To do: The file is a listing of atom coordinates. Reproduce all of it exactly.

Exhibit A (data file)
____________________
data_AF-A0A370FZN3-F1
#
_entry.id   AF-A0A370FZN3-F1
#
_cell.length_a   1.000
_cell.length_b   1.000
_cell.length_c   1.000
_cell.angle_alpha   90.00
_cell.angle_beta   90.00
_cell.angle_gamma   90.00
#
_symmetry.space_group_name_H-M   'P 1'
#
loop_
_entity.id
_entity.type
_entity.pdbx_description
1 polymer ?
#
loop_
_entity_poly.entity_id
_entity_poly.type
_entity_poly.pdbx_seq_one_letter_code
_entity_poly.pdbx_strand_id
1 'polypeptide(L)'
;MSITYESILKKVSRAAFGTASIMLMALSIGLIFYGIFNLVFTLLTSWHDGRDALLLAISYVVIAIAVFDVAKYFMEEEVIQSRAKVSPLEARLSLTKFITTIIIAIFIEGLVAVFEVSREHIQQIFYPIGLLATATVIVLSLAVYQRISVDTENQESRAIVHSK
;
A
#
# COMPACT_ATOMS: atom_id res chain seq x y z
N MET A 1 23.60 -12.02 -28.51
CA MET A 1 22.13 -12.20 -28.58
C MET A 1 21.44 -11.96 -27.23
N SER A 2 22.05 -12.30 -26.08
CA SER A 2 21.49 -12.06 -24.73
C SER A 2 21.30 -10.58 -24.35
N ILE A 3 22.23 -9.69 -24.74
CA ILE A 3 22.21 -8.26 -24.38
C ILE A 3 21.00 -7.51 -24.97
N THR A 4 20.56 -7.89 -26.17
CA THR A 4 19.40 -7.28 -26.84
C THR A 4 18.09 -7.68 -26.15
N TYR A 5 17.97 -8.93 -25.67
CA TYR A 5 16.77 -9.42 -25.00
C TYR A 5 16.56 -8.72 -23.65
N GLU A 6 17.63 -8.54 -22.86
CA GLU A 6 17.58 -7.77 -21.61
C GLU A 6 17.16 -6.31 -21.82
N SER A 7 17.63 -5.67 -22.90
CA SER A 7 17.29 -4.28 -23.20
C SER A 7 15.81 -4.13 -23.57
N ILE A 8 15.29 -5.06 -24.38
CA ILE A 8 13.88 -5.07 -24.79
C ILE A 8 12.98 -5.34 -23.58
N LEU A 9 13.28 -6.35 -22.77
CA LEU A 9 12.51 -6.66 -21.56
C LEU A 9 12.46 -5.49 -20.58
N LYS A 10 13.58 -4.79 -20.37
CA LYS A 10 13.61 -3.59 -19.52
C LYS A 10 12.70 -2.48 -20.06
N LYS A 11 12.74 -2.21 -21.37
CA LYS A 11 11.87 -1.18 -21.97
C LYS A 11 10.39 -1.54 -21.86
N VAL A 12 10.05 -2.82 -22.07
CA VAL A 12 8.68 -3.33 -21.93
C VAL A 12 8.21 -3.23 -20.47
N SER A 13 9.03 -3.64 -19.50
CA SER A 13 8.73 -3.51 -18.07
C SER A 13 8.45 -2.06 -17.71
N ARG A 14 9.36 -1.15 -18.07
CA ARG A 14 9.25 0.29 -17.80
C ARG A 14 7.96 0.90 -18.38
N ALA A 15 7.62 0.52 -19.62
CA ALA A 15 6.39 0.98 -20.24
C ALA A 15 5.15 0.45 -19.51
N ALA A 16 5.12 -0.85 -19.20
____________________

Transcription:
data_AF-A0A370FZN3-F1
#
_entry.id   AF-A0A370FZN3-F1
#
_cell.length_a   1.000
_cell.length_b   1.000
_cell.length_c   1.000
_cell.angle_alpha   90.00
_cell.angle_beta   90.00
_cell.angle_gamma   90.00
#
_symmetry.space_group_name_H-M   'P 1'
#
loop_
_entity.id
_entity.type
_entity.pdbx_description
1 polymer ?
#
loop_
_entity_poly.entity_id
_entity_poly.type
_entity_poly.pdbx_seq_one_letter_code
_entity_poly.pdbx_strand_id
1 'polypeptide(L)'
;MSITYESILKKVSRAAFGTASIMLMALSIGLIFYGIFNLVFTLLTSWHDGRDALLLAISYVVIAIAVFDVAKYFMEEEVIQSRAKVSPLEARLSLTKFITTIIIAIFIEGLVAVFEVSREHIQQIFYPIGLLATATVIVLSLAVYQRISVDTENQESRAIVHSK
;
A
#
# COMPACT_ATOMS: atom_id res chain seq x y z
N MET A 1 23.60 -12.02 -28.51
CA MET A 1 22.13 -12.20 -28.58
C MET A 1 21.44 -11.96 -27.23
N SER A 2 22.05 -12.30 -26.08
CA SER A 2 21.49 -12.06 -24.73
C SER A 2 21.30 -10.58 -24.35
N ILE A 3 22.23 -9.69 -24.74
CA ILE A 3 22.21 -8.26 -24.38
C ILE A 3 21.00 -7.51 -24.97
N THR A 4 20.56 -7.89 -26.17
CA THR A 4 19.40 -7.28 -26.84
C THR A 4 18.09 -7.68 -26.15
N TYR A 5 17.97 -8.93 -25.67
CA TYR A 5 16.77 -9.42 -25.00
C TYR A 5 16.56 -8.72 -23.65
N GLU A 6 17.63 -8.54 -22.86
CA GLU A 6 17.58 -7.77 -21.61
C GLU A 6 17.16 -6.31 -21.82
N SER A 7 17.63 -5.67 -22.90
CA SER A 7 17.29 -4.28 -23.20
C SER A 7 15.81 -4.13 -23.57
N ILE A 8 15.29 -5.06 -24.38
CA ILE A 8 13.88 -5.07 -24.79
C ILE A 8 12.98 -5.34 -23.58
N LEU A 9 13.28 -6.35 -22.77
CA LEU A 9 12.51 -6.66 -21.56
C LEU A 9 12.46 -5.49 -20.58
N LYS A 10 13.58 -4.79 -20.37
CA LYS A 10 13.61 -3.59 -19.52
C LYS A 10 12.70 -2.48 -20.06
N LYS A 11 12.74 -2.21 -21.37
CA LYS A 11 11.87 -1.18 -21.97
C LYS A 11 10.39 -1.54 -21.86
N VAL A 12 10.05 -2.82 -22.07
CA VAL A 12 8.68 -3.33 -21.93
C VAL A 12 8.21 -3.23 -20.47
N SER A 13 9.03 -3.64 -19.50
CA SER A 13 8.73 -3.51 -18.07
C SER A 13 8.45 -2.06 -17.71
N ARG A 14 9.36 -1.15 -18.07
CA ARG A 14 9.25 0.29 -17.80
C ARG A 14 7.96 0.90 -18.38
N ALA A 15 7.62 0.52 -19.62
CA ALA A 15 6.39 0.98 -20.24
C ALA A 15 5.15 0.45 -19.51
N ALA A 16 5.12 -0.85 -19.20